Sony and Nintendo have dropped support for the controversial SOPA bill, backtracking on what has been accused as a pro-censorship push by legislators amid threats of internet attack from groups like Anonymous. Both companies are now absent from the official list of supporters [pdf link] of the Stop Online Piracy Act, along with games publisher Electronic Arts, though it's unclear how much of the decision - by Sony Computer Entertainment, at least - was swayed by Anonymous' threats to target first the PlayStation Network and then individual executives at the firm.
Originally, threats against the PSN were made by Anonymous members as part of #OpSony, with the warning that Sony's "support of the act is a signed death warrant" and that "yet again, we have decided to destroy your network." That was later amended to single out Sony executives, PlayStationLifestyle reports, rather than the PSN itself, with Anonymous declaring open season on the credit card details and other personal information.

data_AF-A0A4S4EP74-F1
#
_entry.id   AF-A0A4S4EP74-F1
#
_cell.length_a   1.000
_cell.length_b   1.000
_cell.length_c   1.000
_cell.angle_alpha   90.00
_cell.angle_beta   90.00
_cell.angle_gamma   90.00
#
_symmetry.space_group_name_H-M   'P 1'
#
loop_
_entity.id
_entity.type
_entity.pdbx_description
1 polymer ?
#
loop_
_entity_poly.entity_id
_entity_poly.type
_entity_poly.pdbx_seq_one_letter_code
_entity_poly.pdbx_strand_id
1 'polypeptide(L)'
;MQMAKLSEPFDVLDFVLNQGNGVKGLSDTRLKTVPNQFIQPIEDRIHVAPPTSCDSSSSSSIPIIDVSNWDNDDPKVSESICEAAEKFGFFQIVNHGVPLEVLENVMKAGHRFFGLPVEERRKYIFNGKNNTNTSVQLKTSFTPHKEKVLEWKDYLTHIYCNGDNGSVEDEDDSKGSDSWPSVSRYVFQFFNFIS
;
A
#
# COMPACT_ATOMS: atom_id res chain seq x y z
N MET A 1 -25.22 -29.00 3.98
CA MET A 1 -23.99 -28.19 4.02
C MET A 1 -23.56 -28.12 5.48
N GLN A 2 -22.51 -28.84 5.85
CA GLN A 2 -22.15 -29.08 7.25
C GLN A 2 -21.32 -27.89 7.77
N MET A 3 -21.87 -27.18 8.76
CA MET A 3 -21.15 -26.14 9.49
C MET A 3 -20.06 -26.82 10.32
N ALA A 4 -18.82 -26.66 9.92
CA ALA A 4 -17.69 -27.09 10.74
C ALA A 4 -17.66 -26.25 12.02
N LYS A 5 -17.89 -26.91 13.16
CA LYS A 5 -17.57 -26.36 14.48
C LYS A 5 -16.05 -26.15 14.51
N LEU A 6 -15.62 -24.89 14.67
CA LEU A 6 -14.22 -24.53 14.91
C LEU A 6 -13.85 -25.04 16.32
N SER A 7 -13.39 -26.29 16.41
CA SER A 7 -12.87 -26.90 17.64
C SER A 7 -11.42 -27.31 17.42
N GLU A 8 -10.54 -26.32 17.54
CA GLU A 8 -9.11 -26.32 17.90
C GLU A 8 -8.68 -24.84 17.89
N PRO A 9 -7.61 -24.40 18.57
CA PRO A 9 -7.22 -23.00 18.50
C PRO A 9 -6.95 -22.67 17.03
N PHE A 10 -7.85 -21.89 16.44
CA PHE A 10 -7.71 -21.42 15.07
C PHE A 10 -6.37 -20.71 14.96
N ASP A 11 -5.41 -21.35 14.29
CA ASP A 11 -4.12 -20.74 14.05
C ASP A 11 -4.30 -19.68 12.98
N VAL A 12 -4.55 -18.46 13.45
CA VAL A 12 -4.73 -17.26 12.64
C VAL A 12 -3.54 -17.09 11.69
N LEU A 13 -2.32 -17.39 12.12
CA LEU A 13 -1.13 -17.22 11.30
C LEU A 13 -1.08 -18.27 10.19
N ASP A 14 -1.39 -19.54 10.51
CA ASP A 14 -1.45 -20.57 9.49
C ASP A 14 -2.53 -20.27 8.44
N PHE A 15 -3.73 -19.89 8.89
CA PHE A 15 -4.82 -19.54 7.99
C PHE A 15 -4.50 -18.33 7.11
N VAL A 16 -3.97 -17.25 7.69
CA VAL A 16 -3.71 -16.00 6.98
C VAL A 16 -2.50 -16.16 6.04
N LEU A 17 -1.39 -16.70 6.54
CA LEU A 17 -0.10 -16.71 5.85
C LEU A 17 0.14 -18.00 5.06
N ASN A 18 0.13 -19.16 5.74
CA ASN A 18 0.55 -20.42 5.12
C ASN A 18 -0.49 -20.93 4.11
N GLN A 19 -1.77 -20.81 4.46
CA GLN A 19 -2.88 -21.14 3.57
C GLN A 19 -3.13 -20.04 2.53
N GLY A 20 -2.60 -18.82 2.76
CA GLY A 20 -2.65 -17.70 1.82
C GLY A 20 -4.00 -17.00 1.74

Sony is yet to comment on the Anonymous issue, but it's worth noting that, while SCE has withdrawn its SOPA support, Sony/ATV Music Publishing, Sony Music Entertainment and Sony Music Nashville are all still listed as in favor of the act. Meanwhile both SCE and Nintendo are members of the Entertainment Software Association, which also remains a supporter.
Earlier this week, it was revealed that Google, eBay, PayPal and others were considering an attention-grabbing blackout of their respective sites in the hope of prompting a mass uprising of public complaint about SOPA. The move would follow a similar "call to arms" by microblogging platform Tumblr, which motivated almost 90,000 users to contact their Representatives to discuss the act.
Original Anonymous #OpSony Threat Video: